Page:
The Ultimate Diet to Reset Your REM Cycle
You've heard that you can eat your way to a better body, clearer skin, and shinier hair, but what about better sleep? Yes, your diet is just as important for your sleep cycle as are exercise and a calm mind. While some foods can improve your REM cycle, others may be catastrophic for your sleep hygiene. We're providing a guide for what to eat and what to avoid to preserve the quality of your sleep, but it's most important that you first learn your personal gastrointestinal triggers. Every stomach is different, and the only way to improve your REM cycle with your diet is by listening to your body.
There's nothing like coming home at the end of a hard workday and enjoying a cold beer or a crisp glass of wine. But consuming alcohol within four to six hours of bedtime puts your REM cycle at risk. While a few sips (or glasses) of vino may help you relax and fall asleep, an alcohol-fueled rest is prone to restlessness, nightmares, night sweats, and headaches. In lieu of a nightcap, sip on cherry juice. Cherries are one of the few natural food sources of melatonin, the chemical that helps control your body's internal clock. Science confirms that drinking tart cherry juice before bed can improve your sleep quality.
In case you weren't already aware, decaf coffee is not caffeine-free. So that oh-so-European café apres dinner is oh so very bad for your REM cycle. Instead, opt for an herbal cup of tea like mint or chamomile and top with a touch of honey. Hot beverages are scientifically proven to help people feel secure and less lonely, both of which are contributing factors to a great night's sleep. Peppermint tea also serves as a digestive aid, so consuming a cup after dinner will help speed your body's processes along so you can hit the pillow on the earlier side.
A study published by The American Journal of Clinical Nutrition found that participants who consumed high-glycemic-index jasmine rice fell asleep far faster than those who consumed low-glycemic long-grain rice. If you're having trouble falling asleep, save a large portion of your carb quota for end-of-day munching. Sure, veggies are a great source of nutrients, but if you polish off a plate of broccoli just a couple of hours before going to bed, you'll be up late as your intestines spend hours trying to break down the fibrous plant.
Dairy is a proven sleep aid. Warm milk before bedtime isn't just a comforting tradition your grandma taught you; it's an excellent dose of tryptophan, a precursor to the brain chemical serotonin. Opt for a small slice of cheese and a cracker before bed. The small indulgence will only set you back a couple hundred calories, but it will give you a head start on tomorrow's calorie burn. Because cheese contains casein proteins, it will give your metabolism a boost the following day when consumed 30 minutes before bed. Skip the fro-yo, though. A lot of chemicals are often mixed in with that yogurt, and those irresistible, sugary toppings will keep you buzzed long after bedtime.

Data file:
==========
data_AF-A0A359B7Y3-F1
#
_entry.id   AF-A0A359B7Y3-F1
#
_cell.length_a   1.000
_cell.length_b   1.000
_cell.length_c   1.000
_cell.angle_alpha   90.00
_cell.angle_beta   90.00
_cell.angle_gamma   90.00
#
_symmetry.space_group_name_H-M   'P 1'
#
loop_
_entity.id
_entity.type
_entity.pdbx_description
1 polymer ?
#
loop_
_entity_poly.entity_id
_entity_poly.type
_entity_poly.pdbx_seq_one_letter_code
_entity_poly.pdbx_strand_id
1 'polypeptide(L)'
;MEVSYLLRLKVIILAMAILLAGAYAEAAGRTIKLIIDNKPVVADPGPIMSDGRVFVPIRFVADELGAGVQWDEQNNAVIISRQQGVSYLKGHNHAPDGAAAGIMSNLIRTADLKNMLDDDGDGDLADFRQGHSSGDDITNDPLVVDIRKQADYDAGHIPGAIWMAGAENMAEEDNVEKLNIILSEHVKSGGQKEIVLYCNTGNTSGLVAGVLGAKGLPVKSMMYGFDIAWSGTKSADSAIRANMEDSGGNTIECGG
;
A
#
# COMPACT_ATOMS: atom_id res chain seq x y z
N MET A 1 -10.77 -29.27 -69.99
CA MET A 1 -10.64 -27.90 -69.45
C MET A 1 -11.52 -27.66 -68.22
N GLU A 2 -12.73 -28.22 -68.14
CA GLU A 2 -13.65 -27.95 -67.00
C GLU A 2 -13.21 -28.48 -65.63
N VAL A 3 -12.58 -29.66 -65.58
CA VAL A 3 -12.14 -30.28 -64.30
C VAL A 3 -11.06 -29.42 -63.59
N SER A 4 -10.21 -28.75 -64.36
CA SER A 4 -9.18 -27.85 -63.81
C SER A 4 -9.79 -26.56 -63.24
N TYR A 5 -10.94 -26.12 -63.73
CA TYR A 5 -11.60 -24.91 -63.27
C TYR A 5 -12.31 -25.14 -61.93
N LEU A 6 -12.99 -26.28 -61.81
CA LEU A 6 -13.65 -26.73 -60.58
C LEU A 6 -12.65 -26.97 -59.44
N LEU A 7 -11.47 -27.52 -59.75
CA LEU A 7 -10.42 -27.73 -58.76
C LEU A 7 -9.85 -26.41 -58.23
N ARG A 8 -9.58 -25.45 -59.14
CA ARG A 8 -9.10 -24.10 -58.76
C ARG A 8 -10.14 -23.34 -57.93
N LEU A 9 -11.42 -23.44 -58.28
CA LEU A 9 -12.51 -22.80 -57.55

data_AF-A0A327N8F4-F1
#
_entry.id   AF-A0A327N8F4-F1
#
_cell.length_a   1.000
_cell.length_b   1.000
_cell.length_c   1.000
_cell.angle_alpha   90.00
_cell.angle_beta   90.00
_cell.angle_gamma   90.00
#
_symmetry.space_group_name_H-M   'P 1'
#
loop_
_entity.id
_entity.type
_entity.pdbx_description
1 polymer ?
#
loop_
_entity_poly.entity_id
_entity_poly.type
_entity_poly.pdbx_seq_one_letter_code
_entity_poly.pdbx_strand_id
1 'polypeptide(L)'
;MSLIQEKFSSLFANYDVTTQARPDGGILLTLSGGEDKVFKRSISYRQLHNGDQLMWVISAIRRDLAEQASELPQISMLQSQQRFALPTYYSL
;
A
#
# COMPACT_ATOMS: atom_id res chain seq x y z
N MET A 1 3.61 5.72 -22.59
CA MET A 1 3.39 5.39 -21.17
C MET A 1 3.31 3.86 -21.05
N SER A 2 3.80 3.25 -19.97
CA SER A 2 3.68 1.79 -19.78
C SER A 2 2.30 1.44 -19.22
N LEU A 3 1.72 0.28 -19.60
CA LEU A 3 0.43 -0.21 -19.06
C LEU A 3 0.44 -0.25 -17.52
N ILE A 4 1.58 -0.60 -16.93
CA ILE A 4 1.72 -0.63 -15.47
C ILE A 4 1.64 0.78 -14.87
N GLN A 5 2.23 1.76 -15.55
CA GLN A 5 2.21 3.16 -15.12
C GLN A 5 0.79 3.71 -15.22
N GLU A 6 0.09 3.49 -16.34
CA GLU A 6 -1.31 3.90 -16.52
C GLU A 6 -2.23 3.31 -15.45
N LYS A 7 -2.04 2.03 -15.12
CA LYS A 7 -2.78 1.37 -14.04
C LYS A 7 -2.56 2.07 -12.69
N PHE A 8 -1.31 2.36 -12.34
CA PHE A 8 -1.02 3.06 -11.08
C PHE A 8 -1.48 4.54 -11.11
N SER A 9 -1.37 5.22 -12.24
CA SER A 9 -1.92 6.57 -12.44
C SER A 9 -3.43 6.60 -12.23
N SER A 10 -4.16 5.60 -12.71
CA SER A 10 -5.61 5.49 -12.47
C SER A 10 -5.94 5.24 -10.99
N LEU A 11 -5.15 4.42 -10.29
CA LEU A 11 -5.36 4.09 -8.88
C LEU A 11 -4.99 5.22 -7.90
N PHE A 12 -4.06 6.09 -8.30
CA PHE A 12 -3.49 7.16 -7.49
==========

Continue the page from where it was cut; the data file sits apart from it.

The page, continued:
While some veggies like broccoli and cauliflower are difficult to digest between dinner and lights out, leafy greens can help lull you into a coma-like sleep. Greens like kale and collards are chock-full of calcium, which aids in sleep regularity. Chili is just about the worst thing you could have right before bed. It's filled with spice, beans, animal fat, and fibrous veggies. One bowl of this cold-weather favorite and you're bound for a restless night of heartburn, indigestion, and bathroom visits.
Dark chocolate is loaded with caffeine. Dried fruit is sugar on steroids. And salty peanuts will have you downing multiple glasses of water, which leads to multiple bathroom stops. These are subprime ingredients to include before bedtime. So ditch the trail mix and opt for unsalted almonds or walnuts instead. Laden with magnesium, almonds promote both sleep and muscle relaxation. They also help regulate your blood sugar level, keeping you nice and chill for a great REM cycle. Walnuts are full of tryptophan, which boosts serotonin and melatonin production. If your body clock is in trouble, opt for these raw, crunchy favorites.
The last thing you want to eat before you rest up for a big day is a cheeseburger with french fries. Fat overload stimulates the production of acid in your stomach, which ultimately bubbles over into your esophagus. If you're looking to avoid sleep-killing heartburn and want to catch some solid z's, go pescatarian. Wild salmon, halibut, and tuna all make great meal choices as they are filled with vitamin B6—an essential building block of melatonin.